"Mysticism is a rational enterprise. Religion is not."
Our friend Sam Harris has been blogging for the Huffington Post, the new ultra liberal mega-blog site started by the longtime media personality Arianna Huffington.
Sams first post was August 2, 05 titled The Politics of Ignorance, the theme being Bush's pseudo-scientific notion of "intelligent design" being the legitimate alternative to the theory of evolution,
and great reading it is and a good introduction of Sam to liberals preparing the way for his later radical blogs on religion.
Here is the first of two post from The Politics of Ignorance.
President Bush has now endorsed the pseudo-scientific notion of "intelligent design" (ID) and declared it to be a legitimate alternative to the theory of evolution. This is not surprising, as he has always maintained that "the jury is still out" on the question of evolution. But the jury is not out -- indeed it was well in before President Bush was even born -- and anyone familiar with modern biology knows that ID is nothing more than a program of political and religious advocacy masquerading as science.
It is for this reason that the scientific community has been divided on just how (or whether) to dignify the spurious claims of ID "theorists" with a response. While understandable, I believe that such scruples are now misplaced. The Trojan Horse has passed the innermost gates of the city, and scary religious imbeciles are now spilling out.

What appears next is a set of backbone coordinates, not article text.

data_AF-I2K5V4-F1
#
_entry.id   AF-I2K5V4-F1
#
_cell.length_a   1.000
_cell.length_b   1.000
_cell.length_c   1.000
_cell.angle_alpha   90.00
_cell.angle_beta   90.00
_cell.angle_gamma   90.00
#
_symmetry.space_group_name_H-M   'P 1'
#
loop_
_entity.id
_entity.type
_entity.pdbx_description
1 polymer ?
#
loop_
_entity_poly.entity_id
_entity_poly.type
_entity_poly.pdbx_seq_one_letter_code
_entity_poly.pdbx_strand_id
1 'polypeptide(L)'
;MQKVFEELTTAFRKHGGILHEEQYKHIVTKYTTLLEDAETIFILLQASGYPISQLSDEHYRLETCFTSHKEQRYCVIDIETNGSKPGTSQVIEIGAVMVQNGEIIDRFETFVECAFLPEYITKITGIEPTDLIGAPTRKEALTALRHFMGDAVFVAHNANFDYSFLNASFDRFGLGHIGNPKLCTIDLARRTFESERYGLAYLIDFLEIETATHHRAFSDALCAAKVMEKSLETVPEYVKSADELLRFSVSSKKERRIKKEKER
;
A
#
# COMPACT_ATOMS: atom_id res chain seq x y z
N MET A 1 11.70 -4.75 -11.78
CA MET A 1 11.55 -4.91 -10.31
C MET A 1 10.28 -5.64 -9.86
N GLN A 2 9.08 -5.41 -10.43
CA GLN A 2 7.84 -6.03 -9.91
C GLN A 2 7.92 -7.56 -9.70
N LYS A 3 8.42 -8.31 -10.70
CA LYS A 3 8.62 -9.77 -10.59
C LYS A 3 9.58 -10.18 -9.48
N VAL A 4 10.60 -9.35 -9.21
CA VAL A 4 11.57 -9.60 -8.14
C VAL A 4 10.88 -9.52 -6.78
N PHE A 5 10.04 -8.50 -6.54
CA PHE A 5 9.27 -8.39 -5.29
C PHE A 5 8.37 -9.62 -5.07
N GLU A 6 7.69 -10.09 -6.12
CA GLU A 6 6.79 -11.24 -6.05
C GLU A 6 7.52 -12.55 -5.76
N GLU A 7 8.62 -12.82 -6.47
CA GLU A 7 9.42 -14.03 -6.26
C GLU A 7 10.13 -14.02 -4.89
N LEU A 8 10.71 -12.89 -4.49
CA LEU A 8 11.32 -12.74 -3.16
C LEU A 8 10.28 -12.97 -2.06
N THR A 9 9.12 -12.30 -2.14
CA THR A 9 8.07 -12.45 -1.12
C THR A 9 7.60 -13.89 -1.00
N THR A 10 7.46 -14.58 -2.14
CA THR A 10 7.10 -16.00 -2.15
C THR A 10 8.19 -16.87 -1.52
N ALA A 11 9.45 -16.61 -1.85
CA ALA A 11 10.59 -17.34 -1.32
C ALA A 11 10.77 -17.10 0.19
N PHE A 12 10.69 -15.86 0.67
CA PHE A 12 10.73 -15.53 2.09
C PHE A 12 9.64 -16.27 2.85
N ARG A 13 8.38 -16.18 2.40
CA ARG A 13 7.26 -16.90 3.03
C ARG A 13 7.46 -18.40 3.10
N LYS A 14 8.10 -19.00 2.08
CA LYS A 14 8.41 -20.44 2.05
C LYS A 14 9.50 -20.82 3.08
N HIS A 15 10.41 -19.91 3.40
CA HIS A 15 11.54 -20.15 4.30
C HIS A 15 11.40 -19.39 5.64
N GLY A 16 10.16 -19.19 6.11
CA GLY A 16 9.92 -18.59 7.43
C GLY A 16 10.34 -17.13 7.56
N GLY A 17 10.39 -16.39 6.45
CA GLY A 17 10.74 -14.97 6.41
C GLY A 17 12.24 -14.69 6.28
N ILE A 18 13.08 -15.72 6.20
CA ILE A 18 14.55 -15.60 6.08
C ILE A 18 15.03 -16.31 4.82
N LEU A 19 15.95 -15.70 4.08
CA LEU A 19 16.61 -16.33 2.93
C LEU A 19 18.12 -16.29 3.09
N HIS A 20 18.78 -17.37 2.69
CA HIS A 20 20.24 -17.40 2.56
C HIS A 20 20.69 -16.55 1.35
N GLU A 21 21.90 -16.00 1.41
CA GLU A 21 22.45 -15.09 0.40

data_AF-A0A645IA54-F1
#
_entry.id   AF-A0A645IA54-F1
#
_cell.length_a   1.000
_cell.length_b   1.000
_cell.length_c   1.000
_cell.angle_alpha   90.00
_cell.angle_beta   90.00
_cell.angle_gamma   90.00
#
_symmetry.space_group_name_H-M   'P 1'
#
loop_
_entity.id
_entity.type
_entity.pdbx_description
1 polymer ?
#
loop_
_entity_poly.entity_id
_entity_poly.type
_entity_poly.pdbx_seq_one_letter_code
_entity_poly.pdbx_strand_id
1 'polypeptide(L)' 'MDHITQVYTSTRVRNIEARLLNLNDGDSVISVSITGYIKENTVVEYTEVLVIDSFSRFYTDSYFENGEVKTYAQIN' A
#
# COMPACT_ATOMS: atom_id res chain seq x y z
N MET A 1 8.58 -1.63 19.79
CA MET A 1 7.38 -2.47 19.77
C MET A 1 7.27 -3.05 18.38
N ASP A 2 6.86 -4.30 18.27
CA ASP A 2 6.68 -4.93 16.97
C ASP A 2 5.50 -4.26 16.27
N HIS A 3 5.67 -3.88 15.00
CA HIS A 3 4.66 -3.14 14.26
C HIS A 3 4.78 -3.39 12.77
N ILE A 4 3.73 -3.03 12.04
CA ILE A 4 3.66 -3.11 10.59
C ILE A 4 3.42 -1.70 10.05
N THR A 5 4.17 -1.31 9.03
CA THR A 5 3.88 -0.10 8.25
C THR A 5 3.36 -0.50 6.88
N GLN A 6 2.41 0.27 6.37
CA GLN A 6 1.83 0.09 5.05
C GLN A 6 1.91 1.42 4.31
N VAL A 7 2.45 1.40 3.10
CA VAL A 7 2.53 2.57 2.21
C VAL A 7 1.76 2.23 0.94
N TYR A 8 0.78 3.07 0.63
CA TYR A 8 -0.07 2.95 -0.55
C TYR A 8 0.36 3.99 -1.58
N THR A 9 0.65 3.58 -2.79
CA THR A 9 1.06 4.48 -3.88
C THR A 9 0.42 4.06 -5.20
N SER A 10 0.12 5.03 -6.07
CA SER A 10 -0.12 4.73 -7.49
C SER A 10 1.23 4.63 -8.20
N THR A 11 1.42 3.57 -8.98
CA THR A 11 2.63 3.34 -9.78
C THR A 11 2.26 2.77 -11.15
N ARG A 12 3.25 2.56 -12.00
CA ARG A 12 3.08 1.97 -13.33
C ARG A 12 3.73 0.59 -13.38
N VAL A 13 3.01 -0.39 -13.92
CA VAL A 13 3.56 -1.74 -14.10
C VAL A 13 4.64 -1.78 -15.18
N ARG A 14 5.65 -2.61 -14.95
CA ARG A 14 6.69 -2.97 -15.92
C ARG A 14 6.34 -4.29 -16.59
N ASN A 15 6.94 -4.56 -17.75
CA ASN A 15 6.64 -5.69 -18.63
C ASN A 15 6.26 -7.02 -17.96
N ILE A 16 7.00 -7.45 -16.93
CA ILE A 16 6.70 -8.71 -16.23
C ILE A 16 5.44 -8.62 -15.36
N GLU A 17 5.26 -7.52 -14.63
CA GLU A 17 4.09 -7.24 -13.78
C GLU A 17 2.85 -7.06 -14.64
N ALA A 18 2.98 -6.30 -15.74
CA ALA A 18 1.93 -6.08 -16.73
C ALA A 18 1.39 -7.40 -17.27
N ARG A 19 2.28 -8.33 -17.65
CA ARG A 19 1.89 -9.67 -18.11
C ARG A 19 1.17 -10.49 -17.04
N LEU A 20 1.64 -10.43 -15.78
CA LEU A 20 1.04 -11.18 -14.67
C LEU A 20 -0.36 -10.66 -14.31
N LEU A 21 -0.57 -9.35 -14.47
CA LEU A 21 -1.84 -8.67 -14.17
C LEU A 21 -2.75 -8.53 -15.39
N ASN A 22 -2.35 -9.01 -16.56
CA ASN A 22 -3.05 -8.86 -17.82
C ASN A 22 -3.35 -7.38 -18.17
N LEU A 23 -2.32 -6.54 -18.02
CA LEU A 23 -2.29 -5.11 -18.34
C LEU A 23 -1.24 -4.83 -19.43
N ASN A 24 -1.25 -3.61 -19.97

According to several recent polls, 22 percent of Americans are certain that Jesus will return to earth sometime in the next fifty years. Another 22 percent believe that he will probably do so. This is likely the same 44 percent who go to church once a week or more, who believe that God literally promised the land of Israel to the Jews, and who want to stop teaching our children about the biological fact of evolution. As the President is well aware, believers of this sort constitute the most cohesive and motivated segment of the American electorate. Consequently, their views and prejudices now influence almost every decision of national importance. Political liberals seem to have drawn the wrong lesson from these developments and are now thumbing scripture, wondering how best to ingratiate themselves to the legions of men and women in our country who vote mainly on the basis of religious dogma. More than 50 percent of Americans have a "negative" or "highly negative" view of people who do not believe in God; 70 percent think it important for presidential candidates to be "strongly religious." Because it is taboo to criticize a person’s religious beliefs, political debate over questions of public policy (stem-cell research, the ethics of assisted suicide and euthanasia, obscenity and free speech, gay marriage, etc.) generally gets framed in terms appropriate to a theocracy. Unreason is now ascendant in the United States -- in our schools, in our courts, and in each branch of the federal government. Only 28 percent of Americans believe in evolution; 68 percent believe in Satan. Ignorance in this degree, concentrated in both the head and belly of a lumbering superpower, is now a problem for the entire world.
The second and final edition tomorrow.